The Texas police department at the center of the Muslim-clock-inside-a-box controversy wants to bottle-up information that would help the public decide if Texas teachers and police were unfair to the Muslim boy who brought a suspected hoax-bomb to school — or if Texans were smeared as haters by progressives and President Barack Obama.
Department officials want to keep the information from the public because they’re facing a possible lawsuit by two lawyers working with the boy’s father and his political advisors at the jihad-linked Council on American-Islamic Relations, a source told Breitbart News.
The information could include details about the boy’s answers to police when they asked him if his bizarre and hazardous device was a hoax-bomb, rather than a uselessly dismantled clock, as he claimed.
Under normal circumstances, the police department releases information to the media no later than 10 days after a request for it. But the police department is asking Texas’ Attorney General for an exemption because of the expected lawsuit.
Texas Attorney General Ken Paxton will decide whether to grant the exemption to the police department.
Some information is also being hidden by the parents of the boy, Ahmed Mohamed.
The school can’t release additional information because the Sudanese parents of the boy have not signed the Family Educational Rights and Privacy Act, either for the boy or his older sister, Lesley Weaver, a spokeswoman for the district told Breitbart.
On Sept. 14, the boy, Ahmed, brought his device — a dismantled, 120-volt clock packed inside a school box — to show off to his teachers. The device included an unshielded transformer that could electrocute people who reached inside the box.
Subsequently, according to Florida entrepreneur Mark Cuban, the boy showed his strange device to as many as six teachers until one finally called the cops. At least one teacher warned him the device would alarm teachers.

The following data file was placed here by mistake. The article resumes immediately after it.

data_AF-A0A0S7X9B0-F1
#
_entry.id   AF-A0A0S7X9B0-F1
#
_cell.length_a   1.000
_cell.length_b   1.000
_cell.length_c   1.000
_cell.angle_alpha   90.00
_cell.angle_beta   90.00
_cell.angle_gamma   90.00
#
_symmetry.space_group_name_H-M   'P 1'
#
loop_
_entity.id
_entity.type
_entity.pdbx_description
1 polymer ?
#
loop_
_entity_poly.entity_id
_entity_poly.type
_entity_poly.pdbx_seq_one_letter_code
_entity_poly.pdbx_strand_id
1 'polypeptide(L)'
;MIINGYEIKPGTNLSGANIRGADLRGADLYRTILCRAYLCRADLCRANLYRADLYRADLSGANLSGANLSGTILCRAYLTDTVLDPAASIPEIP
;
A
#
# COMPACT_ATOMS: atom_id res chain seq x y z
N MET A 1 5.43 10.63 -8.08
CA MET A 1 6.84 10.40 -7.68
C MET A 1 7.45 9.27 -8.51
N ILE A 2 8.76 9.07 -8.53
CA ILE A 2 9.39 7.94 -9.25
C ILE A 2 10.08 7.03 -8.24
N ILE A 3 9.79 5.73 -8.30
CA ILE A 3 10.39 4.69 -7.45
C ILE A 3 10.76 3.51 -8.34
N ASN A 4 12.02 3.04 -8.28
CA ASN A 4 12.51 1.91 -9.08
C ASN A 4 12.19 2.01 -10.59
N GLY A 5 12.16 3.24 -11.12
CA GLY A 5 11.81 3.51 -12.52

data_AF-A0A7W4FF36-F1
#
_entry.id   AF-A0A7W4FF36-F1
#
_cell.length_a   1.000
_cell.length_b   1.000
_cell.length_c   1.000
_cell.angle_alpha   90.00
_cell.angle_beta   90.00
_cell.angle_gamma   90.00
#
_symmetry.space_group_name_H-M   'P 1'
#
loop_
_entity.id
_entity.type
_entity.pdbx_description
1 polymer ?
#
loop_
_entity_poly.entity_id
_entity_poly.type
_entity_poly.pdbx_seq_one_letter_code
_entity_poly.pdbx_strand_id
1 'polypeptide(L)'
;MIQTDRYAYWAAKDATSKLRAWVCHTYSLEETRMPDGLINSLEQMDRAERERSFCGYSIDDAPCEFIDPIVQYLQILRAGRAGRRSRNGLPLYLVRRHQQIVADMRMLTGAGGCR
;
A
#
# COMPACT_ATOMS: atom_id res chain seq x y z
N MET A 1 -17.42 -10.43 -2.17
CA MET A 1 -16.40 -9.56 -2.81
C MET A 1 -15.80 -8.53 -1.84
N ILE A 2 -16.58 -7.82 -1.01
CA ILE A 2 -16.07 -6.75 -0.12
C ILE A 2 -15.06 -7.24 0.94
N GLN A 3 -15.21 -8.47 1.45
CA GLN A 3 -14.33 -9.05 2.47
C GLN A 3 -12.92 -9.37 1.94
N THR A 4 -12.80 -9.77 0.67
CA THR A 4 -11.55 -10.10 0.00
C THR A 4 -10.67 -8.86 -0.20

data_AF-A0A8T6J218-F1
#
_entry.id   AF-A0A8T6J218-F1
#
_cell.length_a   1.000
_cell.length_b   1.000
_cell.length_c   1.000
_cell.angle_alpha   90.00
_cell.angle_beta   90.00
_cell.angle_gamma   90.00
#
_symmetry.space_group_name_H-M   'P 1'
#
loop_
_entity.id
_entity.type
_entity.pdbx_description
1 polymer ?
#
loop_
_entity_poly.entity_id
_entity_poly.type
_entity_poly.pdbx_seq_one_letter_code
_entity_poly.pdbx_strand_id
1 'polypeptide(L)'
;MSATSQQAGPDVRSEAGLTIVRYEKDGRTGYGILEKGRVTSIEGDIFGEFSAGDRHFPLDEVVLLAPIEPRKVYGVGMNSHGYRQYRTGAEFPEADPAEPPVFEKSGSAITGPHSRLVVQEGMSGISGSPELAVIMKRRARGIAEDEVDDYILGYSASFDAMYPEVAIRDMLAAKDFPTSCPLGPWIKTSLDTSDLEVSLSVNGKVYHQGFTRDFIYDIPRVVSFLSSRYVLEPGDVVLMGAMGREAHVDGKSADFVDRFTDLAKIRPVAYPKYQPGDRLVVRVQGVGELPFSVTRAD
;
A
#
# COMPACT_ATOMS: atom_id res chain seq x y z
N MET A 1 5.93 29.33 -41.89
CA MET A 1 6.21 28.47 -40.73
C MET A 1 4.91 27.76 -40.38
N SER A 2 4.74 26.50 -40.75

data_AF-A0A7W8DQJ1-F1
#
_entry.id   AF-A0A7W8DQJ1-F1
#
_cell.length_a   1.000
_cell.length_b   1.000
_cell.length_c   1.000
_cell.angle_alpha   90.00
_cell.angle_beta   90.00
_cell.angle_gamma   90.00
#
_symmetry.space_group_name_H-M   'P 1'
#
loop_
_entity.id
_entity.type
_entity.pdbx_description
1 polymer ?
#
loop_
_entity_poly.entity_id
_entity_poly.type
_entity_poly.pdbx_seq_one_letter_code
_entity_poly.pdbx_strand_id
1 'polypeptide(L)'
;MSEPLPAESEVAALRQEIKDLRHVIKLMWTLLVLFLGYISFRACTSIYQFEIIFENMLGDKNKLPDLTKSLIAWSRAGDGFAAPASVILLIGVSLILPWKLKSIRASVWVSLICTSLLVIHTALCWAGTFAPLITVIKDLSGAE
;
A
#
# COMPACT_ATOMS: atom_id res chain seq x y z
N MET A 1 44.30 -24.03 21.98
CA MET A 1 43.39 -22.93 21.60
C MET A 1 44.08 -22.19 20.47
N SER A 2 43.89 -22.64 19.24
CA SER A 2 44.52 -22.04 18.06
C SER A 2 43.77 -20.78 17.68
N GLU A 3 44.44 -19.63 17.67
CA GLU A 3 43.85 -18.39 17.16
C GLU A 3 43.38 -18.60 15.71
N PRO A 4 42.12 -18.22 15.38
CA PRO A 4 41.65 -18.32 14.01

Media reports described the arrest as unfair discrimination of the Muslim kids, despite national sensitivity about disruptive behavior by boys in schools.
In May, two Muslims tried to machine-gun an art exhibition in nearby Garland, only 20 miles away from Irving. The two jihadis were successfully killed by guards hired in expectation that local Muslims would implement their ideology’s jihad doctrine.
Two days later, after the boy’s detention, President Barack Obama intervened — and boosted the activists’ claims of racism by Texas officials. Obama praised the boy and his useless clock-in-a-box and invited him to the White House for an October event. “Cool clock, Ahmed. Want to bring it to the White House? We should inspire more kids like you to like science. It’s what makes America great,” Obama tweeted.
In 2009, Obama promised “to fight against negative stereotypes of Islam wherever they appear.”
Since Obama choose to transform the local school-discipline issue into a worldwide Do-Americans-hate-Muslims? controversy, the boy and his family have received many gifts, plus much praise from American and foreign leaders.
The family is scheduled to meet with Muslim foreign leaders at the United Nations on Sept. 24, and then proceed to Saudi Arabia, where they will be welcomed by Muslim leaders.
Since 2001, several thousand Americans have been murdered or killed by Muslims, who justify their actions by citing the jihad commandments in the religion’s Koran book.